Accordingly, the invention provides an improved RC controller that is capable of sending input commands to both the RC car and virtual car game. Further, the invention provides virtual car game software that has the ability to sense a vehicle's model and match the appearances of the virtual car with the RC car.
FIG. 1A is a perspective view of the RC controller with its radio frequency (“RF”) antenna extended and sending input to an RC car;
FIG. 1B is a perspective view of a user retracting the RF antenna of the RC controller;
FIG. 1C is a perspective view of a user coupling the RC controller to a computer;
FIG. 1D is a perspective view of the RC controller when used with a computer virtual car game;
FIG. 2 is a block diagram of the RC controller components;
FIG. 3 is a block diagram of a computer suitable for implementing the computer virtual car game;
FIG. 4 is a block diagram of memory in the computer system shown in FIG. 3;
FIG. 5 is a flowchart of the method steps performed by the Computer Virtual car game; and
FIG. 6 is a flowchart of the method steps performed by instructions stored in read-only memory (“ROM”) in the RC controller.
The present invention provides a system and method for an RC controller to send control data input to an RC car and a corresponding computer virtual car game. The present invention also includes a system and method for skill improvement and transfer between the computer virtual car game and the RC car. The following description is presented to enable one of ordinary skill in the art to make and use the invention and is provided in the context of a patent application and its requirements. Various modifications to the preferred embodiment will be readily apparent to those skilled in the art and the generic principles herein may be applied to other embodiments. Thus, the present invention is not intended to be limited to the embodiments shown but is to be accorded the widest scope consistent with the principles and features described herein.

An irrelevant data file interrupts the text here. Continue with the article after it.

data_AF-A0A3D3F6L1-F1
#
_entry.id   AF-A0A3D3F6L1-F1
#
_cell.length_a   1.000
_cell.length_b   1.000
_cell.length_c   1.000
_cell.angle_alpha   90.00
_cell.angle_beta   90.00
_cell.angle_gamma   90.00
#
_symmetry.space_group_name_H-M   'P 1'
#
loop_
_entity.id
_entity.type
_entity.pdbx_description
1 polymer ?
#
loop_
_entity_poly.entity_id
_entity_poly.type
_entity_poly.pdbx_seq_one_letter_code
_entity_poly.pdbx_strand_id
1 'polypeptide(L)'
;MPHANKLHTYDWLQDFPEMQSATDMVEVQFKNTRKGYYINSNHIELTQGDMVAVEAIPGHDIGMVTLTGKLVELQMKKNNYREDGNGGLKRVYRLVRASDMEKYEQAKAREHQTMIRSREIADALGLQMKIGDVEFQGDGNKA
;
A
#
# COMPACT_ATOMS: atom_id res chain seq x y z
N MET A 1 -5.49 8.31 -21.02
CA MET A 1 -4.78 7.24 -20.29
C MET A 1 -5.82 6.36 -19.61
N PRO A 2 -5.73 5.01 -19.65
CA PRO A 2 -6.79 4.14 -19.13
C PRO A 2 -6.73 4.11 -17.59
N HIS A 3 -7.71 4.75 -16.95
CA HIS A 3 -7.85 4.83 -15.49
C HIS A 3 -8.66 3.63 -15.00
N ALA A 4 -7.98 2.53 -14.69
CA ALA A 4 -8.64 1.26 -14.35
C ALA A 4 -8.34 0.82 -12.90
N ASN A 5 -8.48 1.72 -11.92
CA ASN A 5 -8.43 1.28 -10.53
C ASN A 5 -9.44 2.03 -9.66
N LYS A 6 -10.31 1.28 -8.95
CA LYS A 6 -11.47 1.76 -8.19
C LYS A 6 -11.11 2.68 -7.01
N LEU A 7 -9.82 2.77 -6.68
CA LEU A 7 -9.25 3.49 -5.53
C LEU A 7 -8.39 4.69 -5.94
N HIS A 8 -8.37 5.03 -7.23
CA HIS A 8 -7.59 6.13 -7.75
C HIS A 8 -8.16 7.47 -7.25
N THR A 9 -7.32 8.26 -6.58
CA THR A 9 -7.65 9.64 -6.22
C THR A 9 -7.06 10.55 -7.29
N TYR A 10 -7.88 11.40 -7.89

FIG. 1A is a perspective view of the RC controller 140 with its RF antenna 240 extended and sending input to an RC car 130. The user controls the velocity of RC car 130 using input control 250 of RC controller 140, which in turn sends input control data to car 130 via RF antenna 240. Controller 140 will be discussed in further detail in conjunction with FIG. 2. Car 130 receives the input control data and adjusts velocity accordingly. In alternative embodiments of the invention, car 130 can be any controllable vehicle, such as an airplane, hovercraft, boat, etc.
FIG. 1B is a perspective view of a user retracting the antenna 240 of the RC controller 140. In this view, the user ends the play session with the physical RC car toy 130 and retracts antenna 240. The user may discontinue playing at this point, or the user may decide to switch the play session over to a computer virtual car game on computer 120.
Referring now to FIG. 1C, a perspective view of a user coupling the RC controller 140 to a computer 120 is shown. The user couples the controller 140 to the computer 120 that will be used for the computer virtual car gaming session. The user plugs the controller into I/O interface 320 of computer 120 so that computer 120 can receive control data input from controller 140. However, in the preferred embodiment of the invention, controller 140 sends control input data via antenna 240, in which case the RF antenna 240 remains extended.
FIG. 1D is a perspective view of the RC controller 140 when used with a computer virtual car game on computer 120. In this view, a user is manipulating input controls 250 on the RC controller 140, which is coupled directly to computer 120 for the computer virtual car gaming session. RC controller, in turn, sends input data to computer 120 via I/O interface 320. Computer 120 displays a computer virtual car, whose model is identical to RC car 130, on monitor 350.